More runways are only the start: race to reclaim land in the Pearl River Delta is worrying
Johnny Wei says for a start, Hong Kong officials must work with their Shenzhen counterparts to coordinate plans for airport expansion in both cities, so as to minimise pressure on the marine environment
Hong Kong is not alone in wanting a three-runway system. Its neighbour Shenzhen is now preparing for an airport expansion, and this is posing a challenge for our cross-border coordination in at least one key aspect – the environment.
After several years of turnover growth, the Shenzhen Airport Group has just completed its second and last round of consultation for an environmental impact assessment for reclamation of 439 hectares of land, for the purpose of building a third runway. This reclamation is smaller in scale than the one proposed by Hong Kong for its own third runway (650 hectares). Regardless, the two reclamation projects are too close – only 32km apart – and are likely to threaten the habitat of the Chinese white dolphins, as well as compromise the water quality and long-term carrying capacity of the Pearl River Delta estuary.
As close observers of marine construction projects and their cumulative impact, we are alarmed by this unprecedented estuary-wide “reclamation contest”. Shenzhen airport’s ambition accounts for only a quarter of the near-term reclamation, or equivalent to a mere 8 per cent of the sea-to-land conversion blueprint of the special economic zone. Other cities including Zhuhai ( 珠海 ), Huizhou (惠州) and Guangzhou all have their own greedy plan of “asking for land” from the waters.
We’re not even counting the massive reclamation for the bridge connecting Hong Kong with Zhuhai and Macau, or the 350 hectares reserved for Macau’s new town development.
Several procedures must be completed before Shenzhen airport can break ground for its expansion. These include disclosure of the environmental impact assessment report, a public hearing, submission for state-level approval and an assessment of social stability risk.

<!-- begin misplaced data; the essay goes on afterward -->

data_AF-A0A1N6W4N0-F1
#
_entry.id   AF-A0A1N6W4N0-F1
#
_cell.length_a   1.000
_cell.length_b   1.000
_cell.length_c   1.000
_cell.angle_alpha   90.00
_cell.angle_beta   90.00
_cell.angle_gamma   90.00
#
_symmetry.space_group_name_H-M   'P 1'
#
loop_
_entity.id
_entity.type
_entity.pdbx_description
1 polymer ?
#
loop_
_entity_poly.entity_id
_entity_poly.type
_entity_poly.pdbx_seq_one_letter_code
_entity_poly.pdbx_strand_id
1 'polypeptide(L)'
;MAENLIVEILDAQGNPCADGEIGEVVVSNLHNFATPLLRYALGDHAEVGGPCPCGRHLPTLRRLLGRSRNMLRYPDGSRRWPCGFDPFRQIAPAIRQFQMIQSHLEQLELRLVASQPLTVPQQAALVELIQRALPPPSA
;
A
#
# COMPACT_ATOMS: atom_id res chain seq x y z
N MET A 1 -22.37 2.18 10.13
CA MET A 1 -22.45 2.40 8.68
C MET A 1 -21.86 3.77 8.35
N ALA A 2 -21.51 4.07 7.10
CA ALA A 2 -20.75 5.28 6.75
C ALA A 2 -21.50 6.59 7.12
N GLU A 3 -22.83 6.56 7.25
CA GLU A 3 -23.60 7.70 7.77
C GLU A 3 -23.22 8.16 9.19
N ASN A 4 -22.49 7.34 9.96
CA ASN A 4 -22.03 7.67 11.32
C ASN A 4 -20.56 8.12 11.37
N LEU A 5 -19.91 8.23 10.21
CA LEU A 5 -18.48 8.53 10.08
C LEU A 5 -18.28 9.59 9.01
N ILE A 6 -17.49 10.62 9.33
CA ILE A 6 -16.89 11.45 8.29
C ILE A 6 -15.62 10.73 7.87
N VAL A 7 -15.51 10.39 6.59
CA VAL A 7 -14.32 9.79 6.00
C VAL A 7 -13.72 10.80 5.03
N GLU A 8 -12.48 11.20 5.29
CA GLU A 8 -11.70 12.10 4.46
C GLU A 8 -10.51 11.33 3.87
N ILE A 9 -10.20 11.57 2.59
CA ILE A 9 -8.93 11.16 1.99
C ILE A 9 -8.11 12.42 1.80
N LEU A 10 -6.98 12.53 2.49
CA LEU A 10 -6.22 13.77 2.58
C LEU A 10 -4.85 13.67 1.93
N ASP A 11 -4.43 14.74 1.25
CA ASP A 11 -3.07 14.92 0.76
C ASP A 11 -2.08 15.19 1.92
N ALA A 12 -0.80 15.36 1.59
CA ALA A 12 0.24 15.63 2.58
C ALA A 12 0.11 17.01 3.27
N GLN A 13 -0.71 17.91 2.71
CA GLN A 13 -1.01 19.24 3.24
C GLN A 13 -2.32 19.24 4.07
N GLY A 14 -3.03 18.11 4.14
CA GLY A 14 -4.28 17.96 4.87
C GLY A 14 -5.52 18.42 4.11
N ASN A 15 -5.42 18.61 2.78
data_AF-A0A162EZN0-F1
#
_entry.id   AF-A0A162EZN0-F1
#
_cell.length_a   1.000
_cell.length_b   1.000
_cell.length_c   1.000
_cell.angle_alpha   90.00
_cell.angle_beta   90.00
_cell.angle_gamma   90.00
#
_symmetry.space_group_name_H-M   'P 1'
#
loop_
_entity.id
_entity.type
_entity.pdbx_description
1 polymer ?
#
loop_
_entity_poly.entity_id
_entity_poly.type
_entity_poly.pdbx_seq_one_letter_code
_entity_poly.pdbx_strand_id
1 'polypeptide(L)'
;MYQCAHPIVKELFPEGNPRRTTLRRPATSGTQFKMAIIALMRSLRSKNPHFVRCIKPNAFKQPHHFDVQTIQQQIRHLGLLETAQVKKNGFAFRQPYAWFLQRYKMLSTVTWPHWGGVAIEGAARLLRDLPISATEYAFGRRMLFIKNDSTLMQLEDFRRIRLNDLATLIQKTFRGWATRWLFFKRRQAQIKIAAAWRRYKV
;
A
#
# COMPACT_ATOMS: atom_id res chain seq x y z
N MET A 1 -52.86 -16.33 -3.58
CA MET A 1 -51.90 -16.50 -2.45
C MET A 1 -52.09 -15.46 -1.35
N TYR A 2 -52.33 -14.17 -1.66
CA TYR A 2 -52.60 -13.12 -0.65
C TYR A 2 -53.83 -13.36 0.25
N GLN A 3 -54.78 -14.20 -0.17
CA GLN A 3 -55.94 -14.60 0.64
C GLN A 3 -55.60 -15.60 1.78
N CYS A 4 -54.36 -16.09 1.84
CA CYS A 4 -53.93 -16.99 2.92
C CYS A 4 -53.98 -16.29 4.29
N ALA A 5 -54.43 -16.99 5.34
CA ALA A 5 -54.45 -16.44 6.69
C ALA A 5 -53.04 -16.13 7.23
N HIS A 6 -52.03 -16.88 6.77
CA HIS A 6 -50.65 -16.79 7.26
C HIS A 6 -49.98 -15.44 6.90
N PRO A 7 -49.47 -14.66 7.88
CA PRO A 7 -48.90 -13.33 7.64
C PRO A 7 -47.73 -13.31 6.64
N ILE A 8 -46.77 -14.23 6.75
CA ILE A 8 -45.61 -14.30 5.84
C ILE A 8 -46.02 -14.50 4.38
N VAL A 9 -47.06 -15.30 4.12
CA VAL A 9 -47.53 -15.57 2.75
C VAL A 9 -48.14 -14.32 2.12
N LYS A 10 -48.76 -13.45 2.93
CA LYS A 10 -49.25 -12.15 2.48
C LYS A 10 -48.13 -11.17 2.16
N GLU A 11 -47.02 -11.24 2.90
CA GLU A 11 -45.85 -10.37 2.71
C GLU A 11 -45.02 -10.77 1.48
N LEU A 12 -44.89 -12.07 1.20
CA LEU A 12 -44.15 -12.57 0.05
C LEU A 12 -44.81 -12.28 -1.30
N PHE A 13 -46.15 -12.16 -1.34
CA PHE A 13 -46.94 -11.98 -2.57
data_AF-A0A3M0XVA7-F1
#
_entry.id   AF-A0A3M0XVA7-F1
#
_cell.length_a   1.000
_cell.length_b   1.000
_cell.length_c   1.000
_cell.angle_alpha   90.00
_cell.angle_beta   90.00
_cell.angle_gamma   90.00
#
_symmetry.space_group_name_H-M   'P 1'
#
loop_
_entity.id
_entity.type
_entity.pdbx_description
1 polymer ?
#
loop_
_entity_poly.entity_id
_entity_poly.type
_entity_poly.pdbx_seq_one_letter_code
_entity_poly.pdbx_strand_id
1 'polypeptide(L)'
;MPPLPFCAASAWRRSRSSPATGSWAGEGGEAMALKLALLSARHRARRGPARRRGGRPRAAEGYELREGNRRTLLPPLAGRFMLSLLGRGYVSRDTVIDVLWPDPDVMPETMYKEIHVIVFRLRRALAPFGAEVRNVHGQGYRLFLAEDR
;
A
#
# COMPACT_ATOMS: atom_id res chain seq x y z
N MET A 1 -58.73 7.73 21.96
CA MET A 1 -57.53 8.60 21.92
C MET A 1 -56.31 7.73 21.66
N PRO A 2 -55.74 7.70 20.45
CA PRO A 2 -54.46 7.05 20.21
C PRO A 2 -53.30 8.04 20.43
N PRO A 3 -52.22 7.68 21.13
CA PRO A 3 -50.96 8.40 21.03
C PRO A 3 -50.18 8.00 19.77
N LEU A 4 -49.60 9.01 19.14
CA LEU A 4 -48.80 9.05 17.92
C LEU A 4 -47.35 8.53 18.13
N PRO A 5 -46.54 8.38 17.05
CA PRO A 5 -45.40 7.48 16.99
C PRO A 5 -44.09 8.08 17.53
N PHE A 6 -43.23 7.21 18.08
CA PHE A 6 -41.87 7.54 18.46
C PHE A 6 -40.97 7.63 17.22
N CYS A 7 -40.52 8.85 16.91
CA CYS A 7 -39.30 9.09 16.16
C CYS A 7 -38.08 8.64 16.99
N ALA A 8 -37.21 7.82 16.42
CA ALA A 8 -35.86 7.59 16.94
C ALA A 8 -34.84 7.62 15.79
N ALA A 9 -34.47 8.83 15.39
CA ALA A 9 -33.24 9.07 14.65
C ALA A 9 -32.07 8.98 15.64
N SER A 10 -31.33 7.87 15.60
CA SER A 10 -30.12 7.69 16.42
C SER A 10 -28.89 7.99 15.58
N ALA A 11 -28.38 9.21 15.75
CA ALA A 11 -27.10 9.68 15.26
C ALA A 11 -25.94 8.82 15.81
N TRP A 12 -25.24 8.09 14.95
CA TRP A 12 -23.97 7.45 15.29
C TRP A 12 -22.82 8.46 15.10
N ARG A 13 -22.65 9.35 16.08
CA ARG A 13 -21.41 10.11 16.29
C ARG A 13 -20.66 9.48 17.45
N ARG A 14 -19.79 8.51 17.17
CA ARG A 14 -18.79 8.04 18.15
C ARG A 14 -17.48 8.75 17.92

We don’t know how long these proceedings will take, nor how much of Hongkongers’ concerns will be taken into account. There’s a good chance Shenzhen’s third-runway construction will overlap with Hong Kong’s, and this will exert greater pressure on seawater quality.
We don’t deny an airport plays a significant role for a city. The question is: where is the limit of reclamation and who may be qualified to set it?
A lack of coordinated environmental planning has long plagued the Pearl River Delta. The ties between the Hong Kong and Guangdong governments are mostly limited to economic collaboration, with little effort spent on cross-border environmental improvement.
We urge Hong Kong’s Environmental Protection Department to establish a communication channel with the Shenzhen Oceanic Administration and its Human Settlements and Environment Commission to obtain information on the anticipated expansion period of Shenzhen airport and its study of cumulative impacts. The two governments must work out a schedule that can protect the environment.
Hong Kong should share with the Shenzhen authorities the lessons it learned about the negative impact of reclamation, and the use of its Protection of the Harbour Ordinance in limiting damage. Hong Kong went on a reclamation spree in the 1980s and 1990s. Shenzhen, where housing prices are at historical highs, now intends to boost its land supply in a similar approach but has little knowledge about the long-term costly payback.
Hong Kong must not shirk its regional responsibilities and must take part in delta initiatives such as the strategic environmental impact assessment inaugurated by China’s Ministry of Environmental Protection last October. The assessment, led by Beijing with the involvement of Guangdong, was created to evaluate the overall carrying capacity of our delta and develop planning strategies for estuary conservation and pollution control.
Pollution has no respect for borders, as shown by the recent rubbish surge in Lantau waters. Unless it takes the initiative with the mainland, Hong Kong has no hope of improving its environmental quality.
Johnny Wei is co-founder of the CrossBorder Environment Concern Association